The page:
Book Review: “Solo” by Kwame Alexander

Blade Morrison is seventeen, and just graduated high school.  His graduation was about to be a huge moment in his life, but turned out to be the scene of his rock star/alcoholic/addict father’s latest embarrassing public scene.  The fall out from that event reveals a family secret  that compels Blade to search out answers on his own.

I’m just going to get to the point here:  This is just another fantastic novel-in-verse by Kwame Alexander.  In fact, I think I like it even more than Booked and The Crossover, which is saying a lot.  And I’d love to say that I had a chance to introduce myself to Mr. Alexander and make up for my embarrassing fangirling at ALA-MidWinter 2016…  but, no.  Instead, I lurked and stared and listened to him play his guitar in different places at ALA-Annual 2017.  I am so not cool guys, and if he should ever read this, I just don’t even know what I would do with that embarrassment.  But this is not about me.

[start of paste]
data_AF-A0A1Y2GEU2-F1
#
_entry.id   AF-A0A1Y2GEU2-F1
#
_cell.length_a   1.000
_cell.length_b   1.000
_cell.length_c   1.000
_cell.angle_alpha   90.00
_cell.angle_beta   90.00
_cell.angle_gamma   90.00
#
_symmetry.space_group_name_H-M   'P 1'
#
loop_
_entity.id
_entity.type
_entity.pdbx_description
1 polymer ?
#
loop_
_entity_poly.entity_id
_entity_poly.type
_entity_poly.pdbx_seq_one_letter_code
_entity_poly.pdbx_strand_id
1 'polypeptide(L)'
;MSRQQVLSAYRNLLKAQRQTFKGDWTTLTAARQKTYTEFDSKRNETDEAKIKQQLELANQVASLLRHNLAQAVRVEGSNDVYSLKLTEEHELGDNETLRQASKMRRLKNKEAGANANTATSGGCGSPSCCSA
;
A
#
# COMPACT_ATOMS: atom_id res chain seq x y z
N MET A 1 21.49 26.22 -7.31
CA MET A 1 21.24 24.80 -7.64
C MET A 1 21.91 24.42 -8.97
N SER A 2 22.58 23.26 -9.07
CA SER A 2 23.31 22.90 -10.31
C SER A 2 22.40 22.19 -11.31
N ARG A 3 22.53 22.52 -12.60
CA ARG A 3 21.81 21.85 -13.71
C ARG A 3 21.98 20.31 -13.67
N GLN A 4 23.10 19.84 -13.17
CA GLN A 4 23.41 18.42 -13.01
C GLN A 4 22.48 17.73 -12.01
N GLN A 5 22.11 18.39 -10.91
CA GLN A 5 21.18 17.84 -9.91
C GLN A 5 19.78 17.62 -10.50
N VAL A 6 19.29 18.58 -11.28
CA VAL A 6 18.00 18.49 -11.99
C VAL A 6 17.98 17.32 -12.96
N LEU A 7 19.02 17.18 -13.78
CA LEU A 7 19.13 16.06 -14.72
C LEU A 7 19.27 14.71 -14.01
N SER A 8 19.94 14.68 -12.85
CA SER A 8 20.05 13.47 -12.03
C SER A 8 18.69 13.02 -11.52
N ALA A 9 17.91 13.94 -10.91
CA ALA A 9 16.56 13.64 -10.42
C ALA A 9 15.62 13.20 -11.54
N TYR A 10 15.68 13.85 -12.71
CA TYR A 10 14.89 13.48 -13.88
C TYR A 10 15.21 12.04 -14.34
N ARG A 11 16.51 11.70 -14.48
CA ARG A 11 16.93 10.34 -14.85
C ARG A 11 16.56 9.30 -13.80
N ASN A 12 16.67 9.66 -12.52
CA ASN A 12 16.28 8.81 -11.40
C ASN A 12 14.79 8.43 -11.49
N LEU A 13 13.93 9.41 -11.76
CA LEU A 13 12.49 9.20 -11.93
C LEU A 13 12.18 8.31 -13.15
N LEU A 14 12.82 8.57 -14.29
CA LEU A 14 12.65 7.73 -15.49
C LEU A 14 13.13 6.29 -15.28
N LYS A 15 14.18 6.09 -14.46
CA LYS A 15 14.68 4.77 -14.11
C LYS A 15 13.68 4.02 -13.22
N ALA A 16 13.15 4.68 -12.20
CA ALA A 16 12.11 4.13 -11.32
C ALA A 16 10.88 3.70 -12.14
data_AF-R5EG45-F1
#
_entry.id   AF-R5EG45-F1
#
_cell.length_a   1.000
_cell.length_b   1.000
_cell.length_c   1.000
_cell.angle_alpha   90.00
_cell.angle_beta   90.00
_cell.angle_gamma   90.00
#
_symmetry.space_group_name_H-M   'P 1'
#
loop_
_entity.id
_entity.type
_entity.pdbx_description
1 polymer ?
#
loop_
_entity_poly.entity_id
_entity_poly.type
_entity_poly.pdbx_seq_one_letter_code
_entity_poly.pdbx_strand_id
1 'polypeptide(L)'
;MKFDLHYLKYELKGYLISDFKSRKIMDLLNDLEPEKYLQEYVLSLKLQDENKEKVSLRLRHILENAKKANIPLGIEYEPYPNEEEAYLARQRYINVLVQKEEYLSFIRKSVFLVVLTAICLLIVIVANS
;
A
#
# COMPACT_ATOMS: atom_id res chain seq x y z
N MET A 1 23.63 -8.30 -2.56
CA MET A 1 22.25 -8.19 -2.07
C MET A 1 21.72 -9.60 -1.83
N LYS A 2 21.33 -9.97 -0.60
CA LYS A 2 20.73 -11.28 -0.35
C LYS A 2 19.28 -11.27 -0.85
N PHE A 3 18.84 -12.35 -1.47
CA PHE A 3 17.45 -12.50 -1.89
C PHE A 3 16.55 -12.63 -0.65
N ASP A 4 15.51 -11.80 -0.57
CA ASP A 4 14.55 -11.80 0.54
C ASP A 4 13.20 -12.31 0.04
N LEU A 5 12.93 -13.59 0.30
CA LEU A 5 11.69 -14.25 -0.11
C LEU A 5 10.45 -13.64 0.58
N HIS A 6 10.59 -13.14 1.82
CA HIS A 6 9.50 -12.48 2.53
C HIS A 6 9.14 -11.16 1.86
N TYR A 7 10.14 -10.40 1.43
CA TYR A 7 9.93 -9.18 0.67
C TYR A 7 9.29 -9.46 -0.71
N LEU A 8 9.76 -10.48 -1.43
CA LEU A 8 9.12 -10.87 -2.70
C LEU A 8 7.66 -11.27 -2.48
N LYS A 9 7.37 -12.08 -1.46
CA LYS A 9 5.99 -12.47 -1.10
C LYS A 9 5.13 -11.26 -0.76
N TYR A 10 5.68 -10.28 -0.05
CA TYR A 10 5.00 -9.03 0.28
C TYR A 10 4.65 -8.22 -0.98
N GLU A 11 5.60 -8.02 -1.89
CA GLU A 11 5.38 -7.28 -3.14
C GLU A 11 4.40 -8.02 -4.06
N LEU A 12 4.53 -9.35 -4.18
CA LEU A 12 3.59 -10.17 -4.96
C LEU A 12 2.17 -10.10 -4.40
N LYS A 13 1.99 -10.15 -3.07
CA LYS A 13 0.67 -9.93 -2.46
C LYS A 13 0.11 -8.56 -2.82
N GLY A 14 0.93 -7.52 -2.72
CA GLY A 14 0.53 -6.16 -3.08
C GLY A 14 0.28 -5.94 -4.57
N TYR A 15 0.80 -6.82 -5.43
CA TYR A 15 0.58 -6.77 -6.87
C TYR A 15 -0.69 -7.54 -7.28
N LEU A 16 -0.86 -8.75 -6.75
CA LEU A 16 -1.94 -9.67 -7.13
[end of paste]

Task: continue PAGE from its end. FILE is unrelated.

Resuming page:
This is really about Blade, and how he is coming to terms with his identity, his family, and love.  He is a musician through and through, but the music leaves him when he begins to doubt all that he knows about himself.  He goes on a journey to find answers, and discovers more than he bargained for.  But the music is there.  It is his essence and the way he will process all of this.  For better or worse, he does have his family with him too, as well as a new friend that complements him and challenges him in all the ways he needs most.

My biggest problem is that the book ends too soon!  I mean, the ending is heart-wrenching and triumphant…  but there is more.  I know there is more.

Get this straight into the hands of those teen boys who say they don’t like to read.  Hand it to those who are into self-discovery stories, adventure, and/or family drama with a side of rock and roll.

*****

Solo

by Kwame Alexander with Mary Rand Hess

Blink, 2017

464 pages

Source:  Publisher/ALA

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